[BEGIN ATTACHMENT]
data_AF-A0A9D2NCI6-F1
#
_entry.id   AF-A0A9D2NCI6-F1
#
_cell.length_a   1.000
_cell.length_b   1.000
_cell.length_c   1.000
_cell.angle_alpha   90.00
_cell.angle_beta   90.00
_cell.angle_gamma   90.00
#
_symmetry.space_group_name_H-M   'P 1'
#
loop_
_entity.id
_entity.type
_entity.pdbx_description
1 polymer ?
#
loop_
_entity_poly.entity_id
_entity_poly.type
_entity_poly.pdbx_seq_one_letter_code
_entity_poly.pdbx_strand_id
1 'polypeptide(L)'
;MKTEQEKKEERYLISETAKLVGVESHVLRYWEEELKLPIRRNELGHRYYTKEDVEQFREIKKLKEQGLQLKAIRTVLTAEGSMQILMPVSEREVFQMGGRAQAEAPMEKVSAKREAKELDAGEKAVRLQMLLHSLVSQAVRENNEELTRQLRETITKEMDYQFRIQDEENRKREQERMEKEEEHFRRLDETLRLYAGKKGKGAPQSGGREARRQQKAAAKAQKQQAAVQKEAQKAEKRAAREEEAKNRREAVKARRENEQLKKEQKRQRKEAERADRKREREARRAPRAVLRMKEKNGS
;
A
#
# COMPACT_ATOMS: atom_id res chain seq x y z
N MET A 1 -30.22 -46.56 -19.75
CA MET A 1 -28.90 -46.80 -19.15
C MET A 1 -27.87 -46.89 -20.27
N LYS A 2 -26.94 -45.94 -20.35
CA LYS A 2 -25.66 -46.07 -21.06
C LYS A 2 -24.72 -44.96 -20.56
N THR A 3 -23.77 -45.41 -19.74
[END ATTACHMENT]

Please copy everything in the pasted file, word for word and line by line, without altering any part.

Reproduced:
data_AF-A0A9D2NCI6-F1
#
_entry.id   AF-A0A9D2NCI6-F1
#
_cell.length_a   1.000
_cell.length_b   1.000
_cell.length_c   1.000
_cell.angle_alpha   90.00
_cell.angle_beta   90.00
_cell.angle_gamma   90.00
#
_symmetry.space_group_name_H-M   'P 1'
#
loop_
_entity.id
_entity.type
_entity.pdbx_description
1 polymer ?
#
loop_
_entity_poly.entity_id
_entity_poly.type
_entity_poly.pdbx_seq_one_letter_code
_entity_poly.pdbx_strand_id
1 'polypeptide(L)'
;MKTEQEKKEERYLISETAKLVGVESHVLRYWEEELKLPIRRNELGHRYYTKEDVEQFREIKKLKEQGLQLKAIRTVLTAEGSMQILMPVSEREVFQMGGRAQAEAPMEKVSAKREAKELDAGEKAVRLQMLLHSLVSQAVRENNEELTRQLRETITKEMDYQFRIQDEENRKREQERMEKEEEHFRRLDETLRLYAGKKGKGAPQSGGREARRQQKAAAKAQKQQAAVQKEAQKAEKRAAREEEAKNRREAVKARRENEQLKKEQKRQRKEAERADRKREREARRAPRAVLRMKEKNGS
;
A
#
# COMPACT_ATOMS: atom_id res chain seq x y z
N MET A 1 -30.22 -46.56 -19.75
CA MET A 1 -28.90 -46.80 -19.15
C MET A 1 -27.87 -46.89 -20.27
N LYS A 2 -26.94 -45.94 -20.35
CA LYS A 2 -25.66 -46.07 -21.06
C LYS A 2 -24.72 -44.96 -20.56
N THR A 3 -23.77 -45.41 -19.74